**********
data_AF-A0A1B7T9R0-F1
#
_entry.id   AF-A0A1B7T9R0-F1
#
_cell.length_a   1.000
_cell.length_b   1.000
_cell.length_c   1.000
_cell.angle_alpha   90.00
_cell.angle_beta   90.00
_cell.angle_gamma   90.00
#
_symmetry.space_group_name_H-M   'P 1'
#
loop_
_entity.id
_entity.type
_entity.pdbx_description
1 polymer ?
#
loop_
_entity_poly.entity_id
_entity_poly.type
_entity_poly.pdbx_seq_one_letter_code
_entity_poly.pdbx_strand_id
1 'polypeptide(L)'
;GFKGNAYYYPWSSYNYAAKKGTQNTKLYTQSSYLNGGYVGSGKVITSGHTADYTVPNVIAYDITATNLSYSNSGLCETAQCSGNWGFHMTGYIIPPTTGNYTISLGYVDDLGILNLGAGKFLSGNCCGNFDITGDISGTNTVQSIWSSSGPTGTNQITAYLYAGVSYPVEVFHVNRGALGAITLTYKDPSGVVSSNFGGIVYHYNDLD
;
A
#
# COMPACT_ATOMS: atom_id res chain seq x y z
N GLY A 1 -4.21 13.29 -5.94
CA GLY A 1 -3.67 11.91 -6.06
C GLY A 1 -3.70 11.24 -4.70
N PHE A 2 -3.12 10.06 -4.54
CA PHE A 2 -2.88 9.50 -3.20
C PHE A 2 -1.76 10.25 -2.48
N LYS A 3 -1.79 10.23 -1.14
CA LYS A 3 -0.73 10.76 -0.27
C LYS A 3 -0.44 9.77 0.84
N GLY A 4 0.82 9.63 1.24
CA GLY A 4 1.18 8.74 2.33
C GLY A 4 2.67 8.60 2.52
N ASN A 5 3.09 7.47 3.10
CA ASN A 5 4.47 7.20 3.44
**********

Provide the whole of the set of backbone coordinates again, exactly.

data_AF-A0A1B7T9R0-F1
#
_entry.id   AF-A0A1B7T9R0-F1
#
_cell.length_a   1.000
_cell.length_b   1.000
_cell.length_c   1.000
_cell.angle_alpha   90.00
_cell.angle_beta   90.00
_cell.angle_gamma   90.00
#
_symmetry.space_group_name_H-M   'P 1'
#
loop_
_entity.id
_entity.type
_entity.pdbx_description
1 polymer ?
#
loop_
_entity_poly.entity_id
_entity_poly.type
_entity_poly.pdbx_seq_one_letter_code
_entity_poly.pdbx_strand_id
1 'polypeptide(L)'
;GFKGNAYYYPWSSYNYAAKKGTQNTKLYTQSSYLNGGYVGSGKVITSGHTADYTVPNVIAYDITATNLSYSNSGLCETAQCSGNWGFHMTGYIIPPTTGNYTISLGYVDDLGILNLGAGKFLSGNCCGNFDITGDISGTNTVQSIWSSSGPTGTNQITAYLYAGVSYPVEVFHVNRGALGAITLTYKDPSGVVSSNFGGIVYHYNDLD
;
A
#
# COMPACT_ATOMS: atom_id res chain seq x y z
N GLY A 1 -4.21 13.29 -5.94
CA GLY A 1 -3.67 11.91 -6.06
C GLY A 1 -3.70 11.24 -4.70
N PHE A 2 -3.12 10.06 -4.54
CA PHE A 2 -2.88 9.50 -3.20
C PHE A 2 -1.76 10.25 -2.48
N LYS A 3 -1.79 10.23 -1.14
CA LYS A 3 -0.73 10.76 -0.27
C LYS A 3 -0.44 9.77 0.84
N GLY A 4 0.82 9.63 1.24
CA GLY A 4 1.18 8.74 2.33
C GLY A 4 2.67 8.60 2.52
N ASN A 5 3.09 7.47 3.10
CA ASN A 5 4.47 7.20 3.44